Until their stock split last week, MVIS was trading at less than $1. Now, after a 1-for-8 reverse split, MVIS is trading at about $4. As I wrote and cross-posted to The Motley Fool, Investor Village, and Silicon Investor (sometimes I like to shout a little louder and see who’s out there listening);
Microvision’s value is unchanged, with a modification each day as we creep closer to that hoped-for significant event that is countered by daily cash flow and encroaching competition. I think Microvision should be valued much higher based on present value of future revenues discounted for risk, but apparently the market is using a much higher risk discount; otherwise, the price wouldn’t have dropped so low to prompt a delisting notice.
The stock price changed by a factor of 8, for a while. The company value remains the same, or at least its valuation. The valuation is the guess of the company’s value, which is supposedly reflected in the stock price, generally, eventually. I’ve been watching Microvision since I bought shares in 1999. The demand, the heat, seems to be potentially great. A radical technology that revolutionizes electronic displays can have global consequences and immense profits. But the pot couldn’t get near the fire for a while because the technology hadn’t been invented. Now the pot may be ready and may be getting closer to the fire, but the entire process is taking so long that too much money has leaked out in the process. At last year’s stockholders meeting the CEO announced that eyewear was the foundation of the company’s first strategy, but it has slipped because finding appropriate transparent content is difficult and it needs a better user interface. Last week Google’s eyewear hit the news. It isn’t using Microvision technology. But Monday, maybe Monday, pure speculation from me is that the report will bring news that someone else will use Microvision technology to compete. Maybe we’ll finally hear about a major product being released into the public and from under the secrecy wraps of an NDA. Maybe we’ll get quantifiable news and my stock will allow a more quantifiable response to my bills. Or, maybe it will be more of the usual generalities and projected eventualities.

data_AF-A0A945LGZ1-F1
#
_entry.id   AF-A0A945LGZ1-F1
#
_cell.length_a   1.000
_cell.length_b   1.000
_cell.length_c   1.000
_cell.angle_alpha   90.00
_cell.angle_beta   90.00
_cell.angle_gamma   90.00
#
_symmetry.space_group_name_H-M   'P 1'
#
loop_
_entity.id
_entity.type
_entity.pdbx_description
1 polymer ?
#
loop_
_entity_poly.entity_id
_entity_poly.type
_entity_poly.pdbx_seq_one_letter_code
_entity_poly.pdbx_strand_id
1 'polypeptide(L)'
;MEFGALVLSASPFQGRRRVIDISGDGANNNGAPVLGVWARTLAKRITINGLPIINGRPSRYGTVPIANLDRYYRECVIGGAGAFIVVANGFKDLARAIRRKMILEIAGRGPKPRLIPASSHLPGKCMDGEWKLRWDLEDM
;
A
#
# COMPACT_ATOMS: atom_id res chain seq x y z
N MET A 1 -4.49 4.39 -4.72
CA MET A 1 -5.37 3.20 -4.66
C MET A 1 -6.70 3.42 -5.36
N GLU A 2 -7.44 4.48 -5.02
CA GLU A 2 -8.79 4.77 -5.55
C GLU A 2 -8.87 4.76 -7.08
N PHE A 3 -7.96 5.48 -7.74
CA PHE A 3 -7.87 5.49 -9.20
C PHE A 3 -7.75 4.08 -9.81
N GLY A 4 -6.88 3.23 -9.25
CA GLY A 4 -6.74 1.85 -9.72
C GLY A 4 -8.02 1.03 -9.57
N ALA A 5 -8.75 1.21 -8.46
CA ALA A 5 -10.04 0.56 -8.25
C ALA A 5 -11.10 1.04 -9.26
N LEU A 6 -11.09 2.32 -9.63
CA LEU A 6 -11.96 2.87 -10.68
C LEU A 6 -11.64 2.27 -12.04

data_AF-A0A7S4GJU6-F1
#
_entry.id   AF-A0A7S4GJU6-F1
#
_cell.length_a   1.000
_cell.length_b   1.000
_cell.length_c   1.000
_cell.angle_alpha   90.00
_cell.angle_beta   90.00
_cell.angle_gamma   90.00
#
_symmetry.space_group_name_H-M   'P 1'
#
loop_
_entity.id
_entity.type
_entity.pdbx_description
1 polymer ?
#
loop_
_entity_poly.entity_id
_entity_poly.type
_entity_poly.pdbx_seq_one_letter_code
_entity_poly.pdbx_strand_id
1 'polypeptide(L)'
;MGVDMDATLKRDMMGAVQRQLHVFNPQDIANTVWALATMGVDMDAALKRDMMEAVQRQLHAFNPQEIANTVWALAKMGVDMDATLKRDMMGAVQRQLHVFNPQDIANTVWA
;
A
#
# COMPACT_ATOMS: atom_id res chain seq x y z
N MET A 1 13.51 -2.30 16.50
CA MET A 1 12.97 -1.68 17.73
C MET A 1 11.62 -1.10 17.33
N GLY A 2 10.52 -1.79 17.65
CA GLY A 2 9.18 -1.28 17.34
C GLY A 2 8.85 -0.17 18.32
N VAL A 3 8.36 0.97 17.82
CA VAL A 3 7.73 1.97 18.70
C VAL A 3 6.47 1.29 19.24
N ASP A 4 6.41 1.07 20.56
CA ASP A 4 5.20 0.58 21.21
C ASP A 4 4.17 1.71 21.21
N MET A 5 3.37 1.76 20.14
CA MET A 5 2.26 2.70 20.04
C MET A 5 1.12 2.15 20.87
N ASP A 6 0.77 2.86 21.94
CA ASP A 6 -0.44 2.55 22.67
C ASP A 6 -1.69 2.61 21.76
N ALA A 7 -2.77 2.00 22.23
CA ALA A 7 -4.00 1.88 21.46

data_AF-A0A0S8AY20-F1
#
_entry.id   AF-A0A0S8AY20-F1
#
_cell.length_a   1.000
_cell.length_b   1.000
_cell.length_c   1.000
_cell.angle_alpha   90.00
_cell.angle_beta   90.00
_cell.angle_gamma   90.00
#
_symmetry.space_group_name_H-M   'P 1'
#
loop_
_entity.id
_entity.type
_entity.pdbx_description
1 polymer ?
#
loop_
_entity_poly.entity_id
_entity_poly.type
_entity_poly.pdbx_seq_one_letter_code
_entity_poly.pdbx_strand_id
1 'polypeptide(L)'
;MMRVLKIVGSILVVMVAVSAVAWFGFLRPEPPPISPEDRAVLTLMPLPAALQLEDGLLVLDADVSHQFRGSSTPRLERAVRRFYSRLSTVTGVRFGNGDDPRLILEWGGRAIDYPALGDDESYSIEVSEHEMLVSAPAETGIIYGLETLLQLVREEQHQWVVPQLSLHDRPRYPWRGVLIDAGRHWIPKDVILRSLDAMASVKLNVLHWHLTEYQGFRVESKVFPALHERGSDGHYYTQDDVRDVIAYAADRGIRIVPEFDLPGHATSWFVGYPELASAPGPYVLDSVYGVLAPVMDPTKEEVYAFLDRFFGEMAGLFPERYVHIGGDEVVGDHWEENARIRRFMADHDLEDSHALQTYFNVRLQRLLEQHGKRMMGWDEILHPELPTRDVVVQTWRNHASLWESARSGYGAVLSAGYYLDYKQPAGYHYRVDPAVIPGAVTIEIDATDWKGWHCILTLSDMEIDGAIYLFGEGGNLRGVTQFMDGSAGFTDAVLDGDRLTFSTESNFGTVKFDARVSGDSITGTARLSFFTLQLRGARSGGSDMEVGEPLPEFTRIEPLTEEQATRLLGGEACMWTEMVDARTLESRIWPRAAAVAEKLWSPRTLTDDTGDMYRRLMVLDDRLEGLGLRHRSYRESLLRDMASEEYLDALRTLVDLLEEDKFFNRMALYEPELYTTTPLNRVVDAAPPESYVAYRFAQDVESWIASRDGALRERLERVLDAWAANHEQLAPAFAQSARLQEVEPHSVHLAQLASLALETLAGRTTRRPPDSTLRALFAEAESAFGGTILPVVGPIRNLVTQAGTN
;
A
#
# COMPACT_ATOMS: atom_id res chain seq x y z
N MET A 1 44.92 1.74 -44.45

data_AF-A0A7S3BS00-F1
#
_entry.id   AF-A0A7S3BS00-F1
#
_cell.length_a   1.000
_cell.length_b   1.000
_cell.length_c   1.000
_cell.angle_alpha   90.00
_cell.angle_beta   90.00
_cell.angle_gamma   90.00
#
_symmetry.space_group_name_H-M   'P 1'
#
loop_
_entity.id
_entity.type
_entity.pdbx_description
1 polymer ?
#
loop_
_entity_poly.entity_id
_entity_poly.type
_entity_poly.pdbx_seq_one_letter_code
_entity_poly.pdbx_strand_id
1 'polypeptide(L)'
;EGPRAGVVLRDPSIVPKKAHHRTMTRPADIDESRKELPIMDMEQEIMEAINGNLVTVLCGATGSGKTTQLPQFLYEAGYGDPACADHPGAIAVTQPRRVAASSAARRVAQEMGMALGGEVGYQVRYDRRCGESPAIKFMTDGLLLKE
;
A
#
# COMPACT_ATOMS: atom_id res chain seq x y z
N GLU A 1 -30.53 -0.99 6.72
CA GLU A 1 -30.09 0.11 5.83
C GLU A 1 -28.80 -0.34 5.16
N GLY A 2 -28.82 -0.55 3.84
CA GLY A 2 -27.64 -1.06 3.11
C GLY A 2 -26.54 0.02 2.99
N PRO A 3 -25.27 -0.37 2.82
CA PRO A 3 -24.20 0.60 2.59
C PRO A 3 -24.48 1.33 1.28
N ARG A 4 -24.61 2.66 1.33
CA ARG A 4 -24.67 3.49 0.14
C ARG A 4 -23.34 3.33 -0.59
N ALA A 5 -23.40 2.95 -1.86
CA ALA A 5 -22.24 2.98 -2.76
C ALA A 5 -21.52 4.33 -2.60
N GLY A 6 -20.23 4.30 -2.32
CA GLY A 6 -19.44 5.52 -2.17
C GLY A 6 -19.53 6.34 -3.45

Within my own business sometimes I have to wait for the boil and sometimes I can turn up the heat or find a different pot. I’m expanding my Modern Self-Publishing class by teaching over in Seattle (feel free to pass along recommended venues). I’m having fun creating more exposure by uploading videos to YouTube. I continue to give talks and exhibit art. But as a writer I also know that some things can’t be rushed. I can write quicker, but books are sold by readers reading and then telling their friends to read. I can’t rush that process. Word-of-mouth, the most powerful advertising tool, runs at its own speed; and I let it because it is so powerful.

LTBH is powerful too. Maybe other strategies can make more money. I think the various strategies overlap so much that luck can explain many performance differences. But LTBH spends the least time, and time is valuable, and time is powerful, and time can’t be rushed. This morning I boiled some water and made some tea. That boiling is complete. I guess now I’ll take a break and enjoy its result, a cup of tea, while I wait for my other pots to boil.

About Tom Trimbath

consultant / entrepreneur / writer / photographer / speaker / aerospace engineer / semi-semi-retired More info at: https://trimbathcreative.wordpress.com/about/ and at my amazon author page: http://www.amazon.com/-/e/B0035XVXAA
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2 Responses to Waiting For The Boil

  1. Aren’t boils supposed to be lanced? 🙂

  2. Looks like that’s what’s happening – at least as I type this.